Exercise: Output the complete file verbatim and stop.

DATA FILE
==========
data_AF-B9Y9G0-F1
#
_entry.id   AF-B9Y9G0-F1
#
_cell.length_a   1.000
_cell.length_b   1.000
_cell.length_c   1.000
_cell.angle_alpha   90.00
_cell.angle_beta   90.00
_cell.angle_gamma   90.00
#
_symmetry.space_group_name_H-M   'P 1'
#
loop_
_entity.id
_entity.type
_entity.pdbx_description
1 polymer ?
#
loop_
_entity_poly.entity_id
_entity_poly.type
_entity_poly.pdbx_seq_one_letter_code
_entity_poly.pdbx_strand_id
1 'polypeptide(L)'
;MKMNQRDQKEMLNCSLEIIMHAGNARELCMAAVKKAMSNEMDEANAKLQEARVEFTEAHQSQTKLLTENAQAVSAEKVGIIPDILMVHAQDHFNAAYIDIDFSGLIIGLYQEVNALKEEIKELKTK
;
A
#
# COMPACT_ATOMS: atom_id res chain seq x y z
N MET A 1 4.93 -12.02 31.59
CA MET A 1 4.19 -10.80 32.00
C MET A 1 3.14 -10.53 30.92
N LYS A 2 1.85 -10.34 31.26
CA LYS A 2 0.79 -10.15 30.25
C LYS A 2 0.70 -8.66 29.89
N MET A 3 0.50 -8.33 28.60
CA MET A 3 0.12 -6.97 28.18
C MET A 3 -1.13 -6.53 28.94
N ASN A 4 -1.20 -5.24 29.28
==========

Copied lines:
data_AF-B9Y9G0-F1
#
_entry.id   AF-B9Y9G0-F1
#
_cell.length_a   1.000
_cell.length_b   1.000
_cell.length_c   1.000
_cell.angle_alpha   90.00
_cell.angle_beta   90.00
_cell.angle_gamma   90.00
#
_symmetry.space_group_name_H-M   'P 1'
#
loop_
_entity.id
_entity.type
_entity.pdbx_description
1 polymer ?
#
loop_
_entity_poly.entity_id
_entity_poly.type
_entity_poly.pdbx_seq_one_letter_code
_entity_poly.pdbx_strand_id
1 'polypeptide(L)'
;MKMNQRDQKEMLNCSLEIIMHAGNARELCMAAVKKAMSNEMDEANAKLQEARVEFTEAHQSQTKLLTENAQAVSAEKVGIIPDILMVHAQDHFNAAYIDIDFSGLIIGLYQEVNALKEEIKELKTK
;
A
#
# COMPACT_ATOMS: atom_id res chain seq x y z
N MET A 1 4.93 -12.02 31.59
CA MET A 1 4.19 -10.80 32.00
C MET A 1 3.14 -10.53 30.92
N LYS A 2 1.85 -10.34 31.26
CA LYS A 2 0.79 -10.15 30.25
C LYS A 2 0.70 -8.66 29.89
N MET A 3 0.50 -8.33 28.60
CA MET A 3 0.12 -6.97 28.18
C MET A 3 -1.13 -6.53 28.94
N ASN A 4 -1.20 -5.24 29.28